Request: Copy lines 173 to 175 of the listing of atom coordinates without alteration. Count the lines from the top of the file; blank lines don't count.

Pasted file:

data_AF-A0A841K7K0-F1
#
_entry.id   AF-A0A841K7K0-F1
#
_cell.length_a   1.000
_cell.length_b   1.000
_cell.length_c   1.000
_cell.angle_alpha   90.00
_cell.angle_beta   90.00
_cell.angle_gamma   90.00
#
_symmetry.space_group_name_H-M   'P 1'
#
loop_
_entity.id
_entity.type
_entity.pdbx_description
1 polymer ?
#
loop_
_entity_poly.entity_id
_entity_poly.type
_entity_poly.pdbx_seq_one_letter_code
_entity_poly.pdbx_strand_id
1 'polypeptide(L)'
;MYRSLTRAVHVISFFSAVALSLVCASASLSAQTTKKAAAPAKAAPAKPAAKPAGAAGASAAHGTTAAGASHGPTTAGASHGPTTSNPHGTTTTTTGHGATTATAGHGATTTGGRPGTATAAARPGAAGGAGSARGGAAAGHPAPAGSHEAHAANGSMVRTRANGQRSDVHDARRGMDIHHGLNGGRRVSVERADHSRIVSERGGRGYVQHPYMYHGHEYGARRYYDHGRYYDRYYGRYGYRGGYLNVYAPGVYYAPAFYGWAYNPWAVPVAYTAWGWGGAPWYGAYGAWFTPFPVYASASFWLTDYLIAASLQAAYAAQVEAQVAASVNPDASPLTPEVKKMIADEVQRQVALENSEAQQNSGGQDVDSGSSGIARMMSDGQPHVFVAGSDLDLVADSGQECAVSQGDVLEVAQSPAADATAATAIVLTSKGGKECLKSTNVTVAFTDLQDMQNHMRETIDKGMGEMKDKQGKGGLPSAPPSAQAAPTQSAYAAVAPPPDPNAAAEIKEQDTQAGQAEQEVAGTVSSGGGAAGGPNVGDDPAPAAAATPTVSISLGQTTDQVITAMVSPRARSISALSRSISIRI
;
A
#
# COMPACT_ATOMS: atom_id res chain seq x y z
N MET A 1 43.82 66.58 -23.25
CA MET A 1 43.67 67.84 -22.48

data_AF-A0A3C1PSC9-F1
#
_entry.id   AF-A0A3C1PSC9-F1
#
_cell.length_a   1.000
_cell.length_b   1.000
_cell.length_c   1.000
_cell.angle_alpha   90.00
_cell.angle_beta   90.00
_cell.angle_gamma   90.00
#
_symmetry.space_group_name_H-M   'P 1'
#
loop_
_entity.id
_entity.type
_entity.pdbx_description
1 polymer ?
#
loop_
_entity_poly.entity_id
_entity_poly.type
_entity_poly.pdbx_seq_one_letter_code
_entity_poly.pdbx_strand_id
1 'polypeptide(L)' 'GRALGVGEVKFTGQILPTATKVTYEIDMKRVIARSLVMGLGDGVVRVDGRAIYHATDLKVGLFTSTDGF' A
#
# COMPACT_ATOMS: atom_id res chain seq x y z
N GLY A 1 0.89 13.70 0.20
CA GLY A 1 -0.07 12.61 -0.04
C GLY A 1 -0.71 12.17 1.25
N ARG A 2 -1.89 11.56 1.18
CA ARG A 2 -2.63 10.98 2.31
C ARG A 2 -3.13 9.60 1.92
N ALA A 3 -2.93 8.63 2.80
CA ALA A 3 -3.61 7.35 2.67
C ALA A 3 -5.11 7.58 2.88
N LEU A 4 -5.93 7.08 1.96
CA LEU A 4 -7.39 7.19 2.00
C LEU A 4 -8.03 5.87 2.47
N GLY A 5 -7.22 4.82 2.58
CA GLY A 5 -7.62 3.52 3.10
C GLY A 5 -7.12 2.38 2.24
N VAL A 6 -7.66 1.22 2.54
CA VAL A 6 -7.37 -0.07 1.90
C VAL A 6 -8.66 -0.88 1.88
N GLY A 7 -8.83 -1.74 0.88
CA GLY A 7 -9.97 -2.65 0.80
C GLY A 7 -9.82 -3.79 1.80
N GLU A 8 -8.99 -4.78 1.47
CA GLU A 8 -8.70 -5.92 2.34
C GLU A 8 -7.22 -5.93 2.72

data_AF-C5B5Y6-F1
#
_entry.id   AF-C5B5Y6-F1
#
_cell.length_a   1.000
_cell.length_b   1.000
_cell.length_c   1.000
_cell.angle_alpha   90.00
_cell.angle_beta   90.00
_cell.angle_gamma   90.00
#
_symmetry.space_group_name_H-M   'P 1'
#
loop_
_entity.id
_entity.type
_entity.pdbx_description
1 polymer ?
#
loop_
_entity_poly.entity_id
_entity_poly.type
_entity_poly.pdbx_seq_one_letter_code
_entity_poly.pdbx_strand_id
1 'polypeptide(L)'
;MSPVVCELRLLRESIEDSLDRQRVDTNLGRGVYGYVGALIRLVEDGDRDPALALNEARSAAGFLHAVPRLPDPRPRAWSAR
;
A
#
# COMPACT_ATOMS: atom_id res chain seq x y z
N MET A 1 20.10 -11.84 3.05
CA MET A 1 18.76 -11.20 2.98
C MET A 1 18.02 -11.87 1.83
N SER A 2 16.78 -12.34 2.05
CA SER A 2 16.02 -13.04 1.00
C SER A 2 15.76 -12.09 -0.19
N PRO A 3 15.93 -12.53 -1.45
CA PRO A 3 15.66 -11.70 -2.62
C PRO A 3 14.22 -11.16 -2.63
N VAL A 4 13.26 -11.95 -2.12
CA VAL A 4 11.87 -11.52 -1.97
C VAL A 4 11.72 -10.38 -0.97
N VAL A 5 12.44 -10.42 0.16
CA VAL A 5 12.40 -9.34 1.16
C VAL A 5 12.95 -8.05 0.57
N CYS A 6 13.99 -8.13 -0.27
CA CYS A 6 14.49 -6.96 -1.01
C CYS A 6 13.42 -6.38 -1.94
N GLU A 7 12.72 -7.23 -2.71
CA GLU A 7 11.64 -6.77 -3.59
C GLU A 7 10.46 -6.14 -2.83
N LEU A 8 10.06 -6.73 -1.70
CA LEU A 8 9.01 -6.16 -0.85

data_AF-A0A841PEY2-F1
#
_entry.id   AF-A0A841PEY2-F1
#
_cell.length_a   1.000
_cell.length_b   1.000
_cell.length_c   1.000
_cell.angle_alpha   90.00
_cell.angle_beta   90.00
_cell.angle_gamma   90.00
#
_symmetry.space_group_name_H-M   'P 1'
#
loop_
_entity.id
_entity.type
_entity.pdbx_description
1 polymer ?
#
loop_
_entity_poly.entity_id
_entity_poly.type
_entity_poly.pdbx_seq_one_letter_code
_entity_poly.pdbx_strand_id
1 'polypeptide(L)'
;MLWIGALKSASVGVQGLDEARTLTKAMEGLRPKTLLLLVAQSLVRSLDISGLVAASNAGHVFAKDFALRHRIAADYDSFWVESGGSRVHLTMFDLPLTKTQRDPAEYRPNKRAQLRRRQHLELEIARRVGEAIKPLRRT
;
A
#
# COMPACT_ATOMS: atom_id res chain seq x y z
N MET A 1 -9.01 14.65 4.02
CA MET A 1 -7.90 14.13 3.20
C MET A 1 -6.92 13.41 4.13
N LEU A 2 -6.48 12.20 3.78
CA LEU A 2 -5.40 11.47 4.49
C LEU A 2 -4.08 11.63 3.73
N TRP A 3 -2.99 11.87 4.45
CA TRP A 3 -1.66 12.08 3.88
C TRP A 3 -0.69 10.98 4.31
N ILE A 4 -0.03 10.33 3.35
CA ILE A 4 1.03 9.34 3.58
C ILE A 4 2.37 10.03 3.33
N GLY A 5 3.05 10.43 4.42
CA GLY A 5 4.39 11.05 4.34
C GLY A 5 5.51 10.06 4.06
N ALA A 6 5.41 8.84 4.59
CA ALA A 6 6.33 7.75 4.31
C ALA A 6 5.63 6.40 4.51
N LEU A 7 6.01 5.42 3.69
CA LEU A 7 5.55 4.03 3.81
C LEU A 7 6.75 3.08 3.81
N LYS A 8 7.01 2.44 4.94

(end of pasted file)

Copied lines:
N TRP A 3 -2.99 11.87 4.45
CA TRP A 3 -1.66 12.08 3.88
C TRP A 3 -0.69 10.98 4.31